History of the United States from the Compromise of 1850 to the McKinley-Bryan Campaign of 1896 - Vol. 7

By James Ford Rhodes | Go to book overview

CHAPTER XLI

LET us now return to the subject of Reconstruction. I have already told the story of the escape of four States [ Tennessee, Virginia, North Carolina and Georgia ] from usurpatory rule and the re-establishment of the control of intelligence and property. Mention of misgovernment at the South has from the nature of the case been frequent and some references have been made to particular communities; but, to complete the history of Reconstruction, it is now necessary for me to give some account of the redemption of the other seven late Confederate States.

At the November election of 1872 the Democrats of Texas elected a majority of the legislature and all their candidates for Congress; but the Republican governor, having a four years' term of office, held over. Next year they chose Richard Coke governor, but the Republican incumbent and opposing candidate refused, for a while, on a technically legal point to surrender his office. He could not however maintain his authority without the aid of United States troops; these President Grant declined to furnish and Coke was peaceably installed. Entire home rule was re-established. Texas voted for Greeley in 1872 and ever afterwards for the Democratic candidates for the presidency.1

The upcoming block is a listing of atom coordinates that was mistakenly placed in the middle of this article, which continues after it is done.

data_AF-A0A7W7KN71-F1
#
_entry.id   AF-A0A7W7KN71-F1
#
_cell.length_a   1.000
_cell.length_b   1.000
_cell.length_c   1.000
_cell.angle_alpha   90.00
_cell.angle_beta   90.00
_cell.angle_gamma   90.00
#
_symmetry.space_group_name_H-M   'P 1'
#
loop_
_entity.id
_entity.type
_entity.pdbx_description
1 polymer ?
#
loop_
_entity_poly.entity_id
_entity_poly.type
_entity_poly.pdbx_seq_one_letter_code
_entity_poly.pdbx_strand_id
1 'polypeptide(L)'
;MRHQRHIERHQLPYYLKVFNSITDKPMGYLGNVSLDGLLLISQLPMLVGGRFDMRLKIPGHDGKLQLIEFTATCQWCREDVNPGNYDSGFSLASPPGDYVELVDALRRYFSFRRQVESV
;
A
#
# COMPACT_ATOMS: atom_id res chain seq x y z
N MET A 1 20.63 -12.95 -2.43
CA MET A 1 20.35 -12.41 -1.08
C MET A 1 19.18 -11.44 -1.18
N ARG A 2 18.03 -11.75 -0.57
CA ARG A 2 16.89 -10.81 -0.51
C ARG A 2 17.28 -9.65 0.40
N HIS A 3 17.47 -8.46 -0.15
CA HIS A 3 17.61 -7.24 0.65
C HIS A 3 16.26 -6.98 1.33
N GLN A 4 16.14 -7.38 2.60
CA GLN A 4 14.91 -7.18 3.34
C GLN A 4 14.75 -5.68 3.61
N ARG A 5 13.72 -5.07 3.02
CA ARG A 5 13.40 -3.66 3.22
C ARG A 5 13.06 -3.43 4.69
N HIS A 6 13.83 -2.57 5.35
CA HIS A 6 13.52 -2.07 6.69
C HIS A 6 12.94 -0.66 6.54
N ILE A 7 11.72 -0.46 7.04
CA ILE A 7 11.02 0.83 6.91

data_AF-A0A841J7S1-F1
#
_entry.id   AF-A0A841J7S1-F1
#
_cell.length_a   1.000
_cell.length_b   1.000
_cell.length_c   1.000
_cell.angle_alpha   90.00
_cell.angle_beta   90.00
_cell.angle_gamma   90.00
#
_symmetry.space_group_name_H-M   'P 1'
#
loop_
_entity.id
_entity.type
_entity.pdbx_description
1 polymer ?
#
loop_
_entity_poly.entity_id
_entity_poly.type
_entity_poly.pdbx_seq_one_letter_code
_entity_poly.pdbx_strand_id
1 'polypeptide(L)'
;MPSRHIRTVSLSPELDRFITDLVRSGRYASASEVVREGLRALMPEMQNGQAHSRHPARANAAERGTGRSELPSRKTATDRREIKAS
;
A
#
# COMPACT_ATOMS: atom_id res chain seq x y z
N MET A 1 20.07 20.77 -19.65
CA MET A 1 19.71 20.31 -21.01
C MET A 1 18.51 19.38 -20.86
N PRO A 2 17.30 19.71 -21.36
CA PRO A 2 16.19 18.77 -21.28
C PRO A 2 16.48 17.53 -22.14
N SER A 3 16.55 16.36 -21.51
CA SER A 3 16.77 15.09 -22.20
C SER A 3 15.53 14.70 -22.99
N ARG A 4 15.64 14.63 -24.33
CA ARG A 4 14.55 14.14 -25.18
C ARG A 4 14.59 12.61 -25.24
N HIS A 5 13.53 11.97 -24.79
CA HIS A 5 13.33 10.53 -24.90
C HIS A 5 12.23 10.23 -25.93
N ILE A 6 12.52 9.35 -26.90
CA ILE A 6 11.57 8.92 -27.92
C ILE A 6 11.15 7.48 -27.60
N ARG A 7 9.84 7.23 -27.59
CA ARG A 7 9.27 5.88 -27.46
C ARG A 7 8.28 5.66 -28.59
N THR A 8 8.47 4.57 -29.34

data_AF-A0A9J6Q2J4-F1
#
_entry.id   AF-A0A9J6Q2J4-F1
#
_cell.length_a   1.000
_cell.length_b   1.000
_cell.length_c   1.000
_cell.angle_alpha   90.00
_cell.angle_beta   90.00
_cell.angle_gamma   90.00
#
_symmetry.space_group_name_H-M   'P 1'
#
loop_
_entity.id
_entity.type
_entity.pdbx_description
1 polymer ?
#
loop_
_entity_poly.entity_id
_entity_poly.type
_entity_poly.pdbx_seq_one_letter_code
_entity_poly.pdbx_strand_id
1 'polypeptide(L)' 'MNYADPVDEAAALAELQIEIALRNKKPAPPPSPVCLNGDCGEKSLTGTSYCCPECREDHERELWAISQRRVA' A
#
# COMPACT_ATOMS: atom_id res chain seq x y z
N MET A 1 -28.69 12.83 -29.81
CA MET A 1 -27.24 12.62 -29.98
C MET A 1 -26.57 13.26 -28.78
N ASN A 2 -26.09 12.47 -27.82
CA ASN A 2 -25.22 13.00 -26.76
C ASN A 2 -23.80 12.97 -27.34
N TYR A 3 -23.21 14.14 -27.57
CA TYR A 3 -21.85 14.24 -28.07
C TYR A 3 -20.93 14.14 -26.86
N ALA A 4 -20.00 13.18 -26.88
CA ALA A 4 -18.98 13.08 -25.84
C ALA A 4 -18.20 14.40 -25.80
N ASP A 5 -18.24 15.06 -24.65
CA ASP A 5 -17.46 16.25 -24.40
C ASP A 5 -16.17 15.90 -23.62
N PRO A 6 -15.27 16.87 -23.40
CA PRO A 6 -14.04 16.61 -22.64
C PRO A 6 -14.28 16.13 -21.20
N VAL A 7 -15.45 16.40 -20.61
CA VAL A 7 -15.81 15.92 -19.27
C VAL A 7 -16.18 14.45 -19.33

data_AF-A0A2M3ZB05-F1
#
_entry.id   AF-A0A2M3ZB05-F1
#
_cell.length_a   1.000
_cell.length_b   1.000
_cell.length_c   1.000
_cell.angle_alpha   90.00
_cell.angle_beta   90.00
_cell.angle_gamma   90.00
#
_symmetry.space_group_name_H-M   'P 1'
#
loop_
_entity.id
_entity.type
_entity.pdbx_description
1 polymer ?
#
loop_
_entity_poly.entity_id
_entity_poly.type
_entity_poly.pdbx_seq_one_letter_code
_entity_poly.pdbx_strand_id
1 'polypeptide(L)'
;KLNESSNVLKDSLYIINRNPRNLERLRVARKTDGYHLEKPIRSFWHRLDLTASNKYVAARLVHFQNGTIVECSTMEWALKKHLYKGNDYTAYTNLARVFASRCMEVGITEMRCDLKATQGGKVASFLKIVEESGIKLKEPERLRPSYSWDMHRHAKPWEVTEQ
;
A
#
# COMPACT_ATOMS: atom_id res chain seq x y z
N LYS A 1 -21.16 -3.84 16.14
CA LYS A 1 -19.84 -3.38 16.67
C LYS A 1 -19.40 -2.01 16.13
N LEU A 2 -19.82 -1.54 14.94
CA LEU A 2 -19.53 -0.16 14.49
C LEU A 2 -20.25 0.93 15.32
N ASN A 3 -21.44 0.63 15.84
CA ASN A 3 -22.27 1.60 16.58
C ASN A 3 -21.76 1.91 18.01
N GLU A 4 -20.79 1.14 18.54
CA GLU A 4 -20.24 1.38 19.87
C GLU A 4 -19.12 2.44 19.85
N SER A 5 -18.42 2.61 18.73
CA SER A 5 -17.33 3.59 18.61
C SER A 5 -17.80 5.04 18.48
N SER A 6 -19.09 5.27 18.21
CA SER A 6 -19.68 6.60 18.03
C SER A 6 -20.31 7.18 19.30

The first governor and legislature of Alabama under

____________________
1
History of Texas, Garrison, p. 296; "Why the Solid South", Herbert, Stewart's article, p. 378; Appletons' Annual Cyclopædia, 1872, 1873; Tribune Almanac; McPherson Handbook.

-138-

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History of the United States from the Compromise of 1850 to the McKinley-Bryan Campaign of 1896 - Vol. 7
Table of contents

Table of contents

  • Title Page iii
  • Contents of the Seventh Volume v
  • Chapter Xxxix - History of the United States 1
  • Chapter XL 65
  • Chapter XLI 138
  • Chapter XLII 192
  • Chapter XLIII 239
  • Chapter XLIV 291
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